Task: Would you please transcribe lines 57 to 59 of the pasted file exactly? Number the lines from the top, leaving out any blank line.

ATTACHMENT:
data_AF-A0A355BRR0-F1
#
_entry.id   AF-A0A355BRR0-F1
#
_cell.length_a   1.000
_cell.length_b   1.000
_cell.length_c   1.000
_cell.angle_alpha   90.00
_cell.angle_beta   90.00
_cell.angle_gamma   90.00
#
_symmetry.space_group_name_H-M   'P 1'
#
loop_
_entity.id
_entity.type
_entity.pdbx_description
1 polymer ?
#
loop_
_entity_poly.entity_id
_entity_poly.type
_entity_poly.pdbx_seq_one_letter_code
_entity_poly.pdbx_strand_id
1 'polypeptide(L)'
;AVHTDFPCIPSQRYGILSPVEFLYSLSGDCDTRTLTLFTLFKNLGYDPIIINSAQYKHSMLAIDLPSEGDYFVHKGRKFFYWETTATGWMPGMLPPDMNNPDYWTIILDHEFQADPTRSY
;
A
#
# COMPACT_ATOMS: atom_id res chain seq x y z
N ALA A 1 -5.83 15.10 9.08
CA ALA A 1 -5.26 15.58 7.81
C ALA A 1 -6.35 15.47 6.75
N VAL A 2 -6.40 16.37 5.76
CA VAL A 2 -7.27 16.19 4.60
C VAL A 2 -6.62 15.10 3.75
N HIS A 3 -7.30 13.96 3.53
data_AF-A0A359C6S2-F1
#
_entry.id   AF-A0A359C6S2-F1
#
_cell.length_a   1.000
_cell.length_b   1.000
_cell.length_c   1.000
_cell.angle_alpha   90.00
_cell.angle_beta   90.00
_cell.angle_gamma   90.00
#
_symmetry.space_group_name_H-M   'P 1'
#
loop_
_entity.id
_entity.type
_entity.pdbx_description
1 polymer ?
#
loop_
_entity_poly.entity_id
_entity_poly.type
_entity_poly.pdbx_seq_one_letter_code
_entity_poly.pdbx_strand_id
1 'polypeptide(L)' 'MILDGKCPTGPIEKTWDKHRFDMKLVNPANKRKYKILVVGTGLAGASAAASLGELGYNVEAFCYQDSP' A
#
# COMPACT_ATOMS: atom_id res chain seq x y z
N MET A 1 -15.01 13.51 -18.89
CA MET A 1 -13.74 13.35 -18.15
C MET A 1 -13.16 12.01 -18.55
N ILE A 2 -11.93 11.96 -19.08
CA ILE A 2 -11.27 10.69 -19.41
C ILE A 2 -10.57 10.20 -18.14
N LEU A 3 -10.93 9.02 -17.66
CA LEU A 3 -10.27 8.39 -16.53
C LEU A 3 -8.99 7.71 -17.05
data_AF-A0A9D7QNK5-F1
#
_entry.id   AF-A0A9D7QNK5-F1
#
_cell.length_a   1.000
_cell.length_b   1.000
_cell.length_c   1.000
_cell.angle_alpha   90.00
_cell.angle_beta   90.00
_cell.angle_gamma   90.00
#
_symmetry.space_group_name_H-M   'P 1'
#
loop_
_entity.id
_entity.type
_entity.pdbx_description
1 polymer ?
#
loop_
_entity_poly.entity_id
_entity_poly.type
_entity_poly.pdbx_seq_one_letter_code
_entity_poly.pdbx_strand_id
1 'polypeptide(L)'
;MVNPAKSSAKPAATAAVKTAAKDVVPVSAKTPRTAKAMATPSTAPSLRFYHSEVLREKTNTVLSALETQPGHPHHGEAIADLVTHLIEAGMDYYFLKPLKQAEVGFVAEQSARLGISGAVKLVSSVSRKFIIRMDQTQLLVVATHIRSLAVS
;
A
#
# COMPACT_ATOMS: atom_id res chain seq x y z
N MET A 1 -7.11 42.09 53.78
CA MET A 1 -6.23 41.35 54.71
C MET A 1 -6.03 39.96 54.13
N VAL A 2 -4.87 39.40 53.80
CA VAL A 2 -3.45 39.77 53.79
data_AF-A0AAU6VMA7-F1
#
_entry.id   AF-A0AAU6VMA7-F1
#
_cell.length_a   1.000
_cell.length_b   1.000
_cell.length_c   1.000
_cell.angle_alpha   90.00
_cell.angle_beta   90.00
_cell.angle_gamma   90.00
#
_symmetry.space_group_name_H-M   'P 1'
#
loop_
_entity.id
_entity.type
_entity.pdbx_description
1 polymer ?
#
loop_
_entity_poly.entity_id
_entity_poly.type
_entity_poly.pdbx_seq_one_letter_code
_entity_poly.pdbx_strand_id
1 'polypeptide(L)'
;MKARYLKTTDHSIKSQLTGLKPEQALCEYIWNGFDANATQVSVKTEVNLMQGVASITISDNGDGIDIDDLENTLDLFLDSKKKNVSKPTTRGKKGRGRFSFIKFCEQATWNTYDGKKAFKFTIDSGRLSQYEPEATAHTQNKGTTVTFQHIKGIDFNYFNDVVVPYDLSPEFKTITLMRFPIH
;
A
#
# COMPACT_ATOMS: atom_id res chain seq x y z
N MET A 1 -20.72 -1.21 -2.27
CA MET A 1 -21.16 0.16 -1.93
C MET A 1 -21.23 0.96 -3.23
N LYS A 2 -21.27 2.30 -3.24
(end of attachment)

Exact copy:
loop_
_entity_poly.entity_id
_entity_poly.type